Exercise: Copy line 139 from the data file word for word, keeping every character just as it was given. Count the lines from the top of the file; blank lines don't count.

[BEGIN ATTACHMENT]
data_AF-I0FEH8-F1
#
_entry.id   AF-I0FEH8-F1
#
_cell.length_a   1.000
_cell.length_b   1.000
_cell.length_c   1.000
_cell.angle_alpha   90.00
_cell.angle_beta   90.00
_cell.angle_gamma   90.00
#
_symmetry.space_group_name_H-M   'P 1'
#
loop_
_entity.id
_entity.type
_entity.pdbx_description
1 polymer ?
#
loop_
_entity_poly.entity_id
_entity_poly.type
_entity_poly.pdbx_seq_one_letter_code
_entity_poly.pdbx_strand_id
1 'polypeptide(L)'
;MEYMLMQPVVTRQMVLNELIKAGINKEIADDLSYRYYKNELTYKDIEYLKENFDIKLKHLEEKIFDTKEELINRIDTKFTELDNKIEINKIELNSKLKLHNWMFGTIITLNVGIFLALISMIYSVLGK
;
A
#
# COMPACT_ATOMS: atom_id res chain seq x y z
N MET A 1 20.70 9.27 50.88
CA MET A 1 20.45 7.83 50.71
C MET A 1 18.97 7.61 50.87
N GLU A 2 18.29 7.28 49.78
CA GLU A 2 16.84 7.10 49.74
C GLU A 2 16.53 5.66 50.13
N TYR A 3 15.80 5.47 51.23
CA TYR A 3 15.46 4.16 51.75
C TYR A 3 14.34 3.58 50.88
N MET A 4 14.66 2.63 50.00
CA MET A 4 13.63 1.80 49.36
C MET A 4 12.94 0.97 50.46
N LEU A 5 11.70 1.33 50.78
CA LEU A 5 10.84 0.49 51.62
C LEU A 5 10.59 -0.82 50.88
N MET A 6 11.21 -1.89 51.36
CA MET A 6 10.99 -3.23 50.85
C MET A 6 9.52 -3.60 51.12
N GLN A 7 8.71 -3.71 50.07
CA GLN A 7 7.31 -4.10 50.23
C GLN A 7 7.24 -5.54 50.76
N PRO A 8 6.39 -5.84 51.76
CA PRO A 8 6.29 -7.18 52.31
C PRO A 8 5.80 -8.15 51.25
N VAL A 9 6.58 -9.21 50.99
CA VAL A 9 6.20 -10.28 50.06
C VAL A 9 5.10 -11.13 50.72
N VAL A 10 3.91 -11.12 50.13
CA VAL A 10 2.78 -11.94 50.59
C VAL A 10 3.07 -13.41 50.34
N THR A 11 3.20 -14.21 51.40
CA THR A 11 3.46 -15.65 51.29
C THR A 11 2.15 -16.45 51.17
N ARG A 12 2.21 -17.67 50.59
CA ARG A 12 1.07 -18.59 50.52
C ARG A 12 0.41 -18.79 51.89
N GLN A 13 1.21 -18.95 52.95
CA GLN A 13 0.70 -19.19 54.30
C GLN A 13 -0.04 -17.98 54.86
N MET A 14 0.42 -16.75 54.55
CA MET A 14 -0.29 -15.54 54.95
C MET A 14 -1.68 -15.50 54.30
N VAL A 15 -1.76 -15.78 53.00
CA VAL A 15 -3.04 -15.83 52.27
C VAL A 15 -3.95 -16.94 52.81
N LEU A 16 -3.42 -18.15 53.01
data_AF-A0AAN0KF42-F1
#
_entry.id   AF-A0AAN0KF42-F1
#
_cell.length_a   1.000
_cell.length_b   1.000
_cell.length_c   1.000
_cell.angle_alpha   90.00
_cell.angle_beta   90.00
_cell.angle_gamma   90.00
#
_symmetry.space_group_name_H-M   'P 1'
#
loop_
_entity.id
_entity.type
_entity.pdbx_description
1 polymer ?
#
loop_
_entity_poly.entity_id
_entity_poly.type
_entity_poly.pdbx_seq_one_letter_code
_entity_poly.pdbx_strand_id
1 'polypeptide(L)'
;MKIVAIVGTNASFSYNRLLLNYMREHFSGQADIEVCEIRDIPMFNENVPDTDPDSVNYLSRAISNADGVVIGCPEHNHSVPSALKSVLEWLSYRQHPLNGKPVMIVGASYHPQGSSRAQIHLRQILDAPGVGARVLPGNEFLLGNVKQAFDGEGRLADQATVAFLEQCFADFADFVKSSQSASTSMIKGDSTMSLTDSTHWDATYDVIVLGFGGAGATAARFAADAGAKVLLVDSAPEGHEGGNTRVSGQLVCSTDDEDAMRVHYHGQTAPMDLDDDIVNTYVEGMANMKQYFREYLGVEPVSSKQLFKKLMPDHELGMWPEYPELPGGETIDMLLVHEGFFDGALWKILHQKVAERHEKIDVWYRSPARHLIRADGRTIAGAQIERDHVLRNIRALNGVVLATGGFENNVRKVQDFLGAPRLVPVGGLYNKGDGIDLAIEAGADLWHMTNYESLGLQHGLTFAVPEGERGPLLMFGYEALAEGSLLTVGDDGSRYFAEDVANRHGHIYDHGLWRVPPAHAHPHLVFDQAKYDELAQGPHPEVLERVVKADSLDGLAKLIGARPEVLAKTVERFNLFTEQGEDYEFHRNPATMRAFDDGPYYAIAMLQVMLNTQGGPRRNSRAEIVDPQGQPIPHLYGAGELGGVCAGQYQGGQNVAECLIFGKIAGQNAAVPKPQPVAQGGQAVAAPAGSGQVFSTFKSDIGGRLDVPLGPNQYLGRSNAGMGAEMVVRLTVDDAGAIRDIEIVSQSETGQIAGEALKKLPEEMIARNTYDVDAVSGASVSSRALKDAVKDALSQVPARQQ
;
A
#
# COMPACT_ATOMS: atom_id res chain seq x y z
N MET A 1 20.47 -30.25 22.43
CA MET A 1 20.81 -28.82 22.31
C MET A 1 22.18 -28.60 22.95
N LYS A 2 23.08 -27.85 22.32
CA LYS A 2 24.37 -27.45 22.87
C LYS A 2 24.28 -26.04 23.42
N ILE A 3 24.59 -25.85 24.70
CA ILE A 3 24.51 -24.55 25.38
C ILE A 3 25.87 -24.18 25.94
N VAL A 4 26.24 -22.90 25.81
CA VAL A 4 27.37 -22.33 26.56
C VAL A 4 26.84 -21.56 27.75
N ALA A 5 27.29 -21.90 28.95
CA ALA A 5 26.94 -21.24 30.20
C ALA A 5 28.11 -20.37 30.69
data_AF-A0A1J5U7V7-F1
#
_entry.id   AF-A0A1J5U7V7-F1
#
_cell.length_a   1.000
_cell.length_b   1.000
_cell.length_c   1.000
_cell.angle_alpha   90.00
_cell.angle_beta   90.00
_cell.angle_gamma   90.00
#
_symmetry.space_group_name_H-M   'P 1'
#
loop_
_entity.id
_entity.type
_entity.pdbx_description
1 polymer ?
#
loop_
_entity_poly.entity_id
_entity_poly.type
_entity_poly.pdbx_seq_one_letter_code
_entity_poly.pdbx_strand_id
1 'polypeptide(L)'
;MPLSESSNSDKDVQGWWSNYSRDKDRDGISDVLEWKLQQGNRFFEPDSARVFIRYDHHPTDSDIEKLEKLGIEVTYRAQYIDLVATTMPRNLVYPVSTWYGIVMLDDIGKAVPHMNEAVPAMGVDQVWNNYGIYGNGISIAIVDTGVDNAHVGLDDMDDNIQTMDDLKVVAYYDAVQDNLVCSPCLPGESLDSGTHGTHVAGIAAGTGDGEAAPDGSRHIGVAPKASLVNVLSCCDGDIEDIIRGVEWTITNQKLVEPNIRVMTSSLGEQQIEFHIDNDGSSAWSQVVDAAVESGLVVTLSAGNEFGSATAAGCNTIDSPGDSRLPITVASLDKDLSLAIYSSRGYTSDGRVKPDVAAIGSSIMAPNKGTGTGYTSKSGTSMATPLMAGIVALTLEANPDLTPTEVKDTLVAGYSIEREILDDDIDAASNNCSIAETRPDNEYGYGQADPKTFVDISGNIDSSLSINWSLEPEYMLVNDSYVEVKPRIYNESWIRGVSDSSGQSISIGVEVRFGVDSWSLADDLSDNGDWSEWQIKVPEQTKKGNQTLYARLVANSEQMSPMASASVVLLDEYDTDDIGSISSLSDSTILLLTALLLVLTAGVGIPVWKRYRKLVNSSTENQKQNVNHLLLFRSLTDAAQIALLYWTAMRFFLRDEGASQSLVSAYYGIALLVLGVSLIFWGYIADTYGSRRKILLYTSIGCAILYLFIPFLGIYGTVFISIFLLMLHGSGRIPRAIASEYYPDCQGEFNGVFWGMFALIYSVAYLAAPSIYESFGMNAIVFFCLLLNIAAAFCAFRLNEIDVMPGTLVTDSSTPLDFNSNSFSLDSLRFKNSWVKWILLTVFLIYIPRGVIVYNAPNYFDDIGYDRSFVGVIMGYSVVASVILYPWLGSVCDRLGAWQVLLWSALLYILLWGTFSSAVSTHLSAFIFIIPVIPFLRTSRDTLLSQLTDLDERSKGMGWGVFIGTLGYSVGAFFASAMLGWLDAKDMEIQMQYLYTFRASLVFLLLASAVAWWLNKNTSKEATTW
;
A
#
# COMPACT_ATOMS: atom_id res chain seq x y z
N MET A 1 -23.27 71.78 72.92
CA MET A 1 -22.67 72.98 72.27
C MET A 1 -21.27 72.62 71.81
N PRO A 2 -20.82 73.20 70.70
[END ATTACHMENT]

1 polymer ?